Sarcomas are a heterogeneous group of tumors whose incidence is nearly 5 per 100 000 inhabitants in Europe. Their causes are poorly understood, although occupational exposures (especially farming and pesticides) are suspected. The AGRICAN cohort is a prospective study of 181 842 individuals enrolled in 2005 to 2007 who completed an enrolment questionnaire with data on lifelong agricultural exposure. Associations between agricultural exposure and sarcoma overall, gastrointestinal stromal tumors (GIST) and myomatous and fibrous sarcoma together, were analyzed with a Cox model. Until 2015, 188 incident cases of sarcoma were identified. Increased risks were observed (a) among cattle farmers working <10 years (HR<10years = 2.45, 95% CI 1.36-4.43) and breeding ≥50 livestock (HR≥50animals = 3.84, 95% CI 1.60-9.22), especially if involved in animal care and building disinfection, (b) in greenhouse production (HR = 1.82, 95% CI 1.01-3.30) and (c) in field-grown vegetable production (HR = 1.49, 95% CI 0.96-2.32). Concerning histological subtypes, GIST were positively associated with pesticide use in vineyards (HR = 2.24, 95% CI 0.95-5.30). For myomatous and fibrous sarcoma, the only increase was seen in field-grown vegetable production (HR = 2.37, 95% CI 1.16-4.85). In AGRICAN, the risk of sarcomas was increased in several farming activities with differences according to histological subtype.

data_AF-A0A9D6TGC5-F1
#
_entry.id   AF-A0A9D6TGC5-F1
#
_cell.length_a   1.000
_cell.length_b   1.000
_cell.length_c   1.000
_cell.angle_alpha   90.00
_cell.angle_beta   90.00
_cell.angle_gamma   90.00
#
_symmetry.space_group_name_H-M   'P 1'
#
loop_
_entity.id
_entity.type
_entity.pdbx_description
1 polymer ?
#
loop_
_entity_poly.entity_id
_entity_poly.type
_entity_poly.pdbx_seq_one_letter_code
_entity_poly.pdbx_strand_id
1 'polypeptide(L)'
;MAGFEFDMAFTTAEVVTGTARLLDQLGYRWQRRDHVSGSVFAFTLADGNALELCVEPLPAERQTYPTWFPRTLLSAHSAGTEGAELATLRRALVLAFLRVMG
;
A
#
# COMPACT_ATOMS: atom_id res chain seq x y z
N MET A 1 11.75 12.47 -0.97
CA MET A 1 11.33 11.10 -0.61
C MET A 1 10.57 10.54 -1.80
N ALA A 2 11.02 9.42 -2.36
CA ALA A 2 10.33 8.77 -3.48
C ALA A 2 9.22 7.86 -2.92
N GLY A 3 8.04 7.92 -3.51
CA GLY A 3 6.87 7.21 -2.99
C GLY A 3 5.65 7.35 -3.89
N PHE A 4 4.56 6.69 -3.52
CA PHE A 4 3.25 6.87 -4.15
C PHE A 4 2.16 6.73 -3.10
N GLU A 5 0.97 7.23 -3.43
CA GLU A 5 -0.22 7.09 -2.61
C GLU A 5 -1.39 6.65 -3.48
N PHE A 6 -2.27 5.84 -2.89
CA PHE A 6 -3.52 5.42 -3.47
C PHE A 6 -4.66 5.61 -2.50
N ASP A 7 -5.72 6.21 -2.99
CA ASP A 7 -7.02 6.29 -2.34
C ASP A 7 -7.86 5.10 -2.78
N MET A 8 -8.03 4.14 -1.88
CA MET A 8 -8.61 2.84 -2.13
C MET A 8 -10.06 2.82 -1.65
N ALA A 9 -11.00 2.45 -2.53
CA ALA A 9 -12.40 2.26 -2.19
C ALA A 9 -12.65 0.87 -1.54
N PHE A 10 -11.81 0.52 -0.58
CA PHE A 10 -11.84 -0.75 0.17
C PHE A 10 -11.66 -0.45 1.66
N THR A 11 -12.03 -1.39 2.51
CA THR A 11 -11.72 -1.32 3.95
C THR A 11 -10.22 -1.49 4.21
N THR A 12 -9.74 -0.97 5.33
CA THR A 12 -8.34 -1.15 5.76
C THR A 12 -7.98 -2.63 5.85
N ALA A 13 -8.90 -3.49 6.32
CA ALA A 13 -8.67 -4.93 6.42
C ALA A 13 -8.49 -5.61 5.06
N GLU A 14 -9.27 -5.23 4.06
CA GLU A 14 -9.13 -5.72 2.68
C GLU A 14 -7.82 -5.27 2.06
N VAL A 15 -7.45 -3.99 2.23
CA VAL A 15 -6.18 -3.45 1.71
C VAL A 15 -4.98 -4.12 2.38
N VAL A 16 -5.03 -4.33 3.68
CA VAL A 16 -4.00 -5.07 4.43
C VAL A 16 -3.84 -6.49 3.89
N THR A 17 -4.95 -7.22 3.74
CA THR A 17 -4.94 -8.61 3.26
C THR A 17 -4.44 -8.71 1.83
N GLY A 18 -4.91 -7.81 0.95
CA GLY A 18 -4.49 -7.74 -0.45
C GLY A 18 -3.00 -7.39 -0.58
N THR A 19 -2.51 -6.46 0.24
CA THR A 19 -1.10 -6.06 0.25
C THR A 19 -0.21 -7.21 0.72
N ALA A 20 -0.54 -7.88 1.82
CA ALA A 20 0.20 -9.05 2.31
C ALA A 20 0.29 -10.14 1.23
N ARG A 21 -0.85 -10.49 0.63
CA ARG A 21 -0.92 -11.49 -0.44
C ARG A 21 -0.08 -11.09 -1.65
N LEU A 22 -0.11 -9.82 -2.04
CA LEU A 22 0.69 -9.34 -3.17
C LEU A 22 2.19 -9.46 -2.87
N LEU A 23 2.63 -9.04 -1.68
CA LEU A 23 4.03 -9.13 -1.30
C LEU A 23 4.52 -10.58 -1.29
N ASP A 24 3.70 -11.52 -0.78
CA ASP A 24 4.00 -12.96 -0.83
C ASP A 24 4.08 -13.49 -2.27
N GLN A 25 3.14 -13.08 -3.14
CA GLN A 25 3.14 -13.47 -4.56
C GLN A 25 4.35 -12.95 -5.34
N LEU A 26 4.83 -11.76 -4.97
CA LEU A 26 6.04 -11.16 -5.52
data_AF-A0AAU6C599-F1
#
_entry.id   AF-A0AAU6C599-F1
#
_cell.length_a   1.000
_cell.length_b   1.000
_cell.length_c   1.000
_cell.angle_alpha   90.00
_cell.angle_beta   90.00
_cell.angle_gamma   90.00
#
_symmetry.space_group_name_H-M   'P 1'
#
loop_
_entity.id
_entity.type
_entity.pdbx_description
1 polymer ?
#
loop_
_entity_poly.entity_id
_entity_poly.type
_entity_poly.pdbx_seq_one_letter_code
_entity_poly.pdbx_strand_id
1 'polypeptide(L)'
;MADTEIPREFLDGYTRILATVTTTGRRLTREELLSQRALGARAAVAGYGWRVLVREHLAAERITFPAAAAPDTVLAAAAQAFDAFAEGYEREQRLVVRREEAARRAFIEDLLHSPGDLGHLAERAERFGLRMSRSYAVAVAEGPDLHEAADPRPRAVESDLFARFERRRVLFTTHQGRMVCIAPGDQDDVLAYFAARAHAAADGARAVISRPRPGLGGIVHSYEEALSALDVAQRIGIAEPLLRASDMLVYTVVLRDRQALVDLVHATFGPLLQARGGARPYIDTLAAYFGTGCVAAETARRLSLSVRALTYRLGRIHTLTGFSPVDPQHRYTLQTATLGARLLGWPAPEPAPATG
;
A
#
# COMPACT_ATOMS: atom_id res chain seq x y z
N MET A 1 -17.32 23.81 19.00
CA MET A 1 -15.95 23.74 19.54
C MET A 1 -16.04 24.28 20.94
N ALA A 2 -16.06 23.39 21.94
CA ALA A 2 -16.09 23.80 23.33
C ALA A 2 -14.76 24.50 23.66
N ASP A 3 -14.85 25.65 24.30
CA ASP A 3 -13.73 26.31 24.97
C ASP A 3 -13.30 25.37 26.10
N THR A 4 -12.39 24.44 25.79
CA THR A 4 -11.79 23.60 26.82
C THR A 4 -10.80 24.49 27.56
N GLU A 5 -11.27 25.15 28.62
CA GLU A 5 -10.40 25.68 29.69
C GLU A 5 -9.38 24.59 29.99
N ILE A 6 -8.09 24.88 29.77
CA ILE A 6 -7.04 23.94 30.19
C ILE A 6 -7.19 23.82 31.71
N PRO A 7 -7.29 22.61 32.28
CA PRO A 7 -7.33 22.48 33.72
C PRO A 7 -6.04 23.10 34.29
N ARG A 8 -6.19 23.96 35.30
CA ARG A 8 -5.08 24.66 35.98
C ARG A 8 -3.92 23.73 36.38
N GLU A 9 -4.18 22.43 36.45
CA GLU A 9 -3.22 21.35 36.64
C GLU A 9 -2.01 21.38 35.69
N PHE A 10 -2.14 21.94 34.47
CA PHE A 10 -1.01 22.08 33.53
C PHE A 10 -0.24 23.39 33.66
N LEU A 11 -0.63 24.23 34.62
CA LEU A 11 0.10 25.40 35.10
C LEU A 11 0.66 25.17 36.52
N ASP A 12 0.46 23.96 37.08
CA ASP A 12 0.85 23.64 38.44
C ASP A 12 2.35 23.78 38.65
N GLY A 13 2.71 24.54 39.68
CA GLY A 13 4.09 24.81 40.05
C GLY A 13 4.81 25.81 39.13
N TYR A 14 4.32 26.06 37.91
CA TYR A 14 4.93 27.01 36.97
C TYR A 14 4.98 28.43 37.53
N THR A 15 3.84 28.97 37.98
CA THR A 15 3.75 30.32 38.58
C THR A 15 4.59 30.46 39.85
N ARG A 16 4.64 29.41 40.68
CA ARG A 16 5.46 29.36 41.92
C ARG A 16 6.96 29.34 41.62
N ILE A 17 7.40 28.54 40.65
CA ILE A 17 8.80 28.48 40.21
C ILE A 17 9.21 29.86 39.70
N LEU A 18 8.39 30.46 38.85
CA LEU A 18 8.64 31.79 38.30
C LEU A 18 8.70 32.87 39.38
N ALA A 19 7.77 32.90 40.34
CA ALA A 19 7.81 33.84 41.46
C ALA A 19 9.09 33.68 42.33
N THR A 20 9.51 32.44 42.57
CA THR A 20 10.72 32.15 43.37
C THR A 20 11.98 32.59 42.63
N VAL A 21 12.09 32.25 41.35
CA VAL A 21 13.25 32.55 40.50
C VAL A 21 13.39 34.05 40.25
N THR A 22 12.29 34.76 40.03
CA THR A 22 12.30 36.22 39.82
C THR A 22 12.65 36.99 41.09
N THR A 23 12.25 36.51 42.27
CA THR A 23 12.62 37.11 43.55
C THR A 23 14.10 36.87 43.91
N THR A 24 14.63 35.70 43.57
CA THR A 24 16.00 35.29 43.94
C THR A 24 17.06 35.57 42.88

Keywords: cohort; farming; occupational exposure; pesticides; sarcoma.
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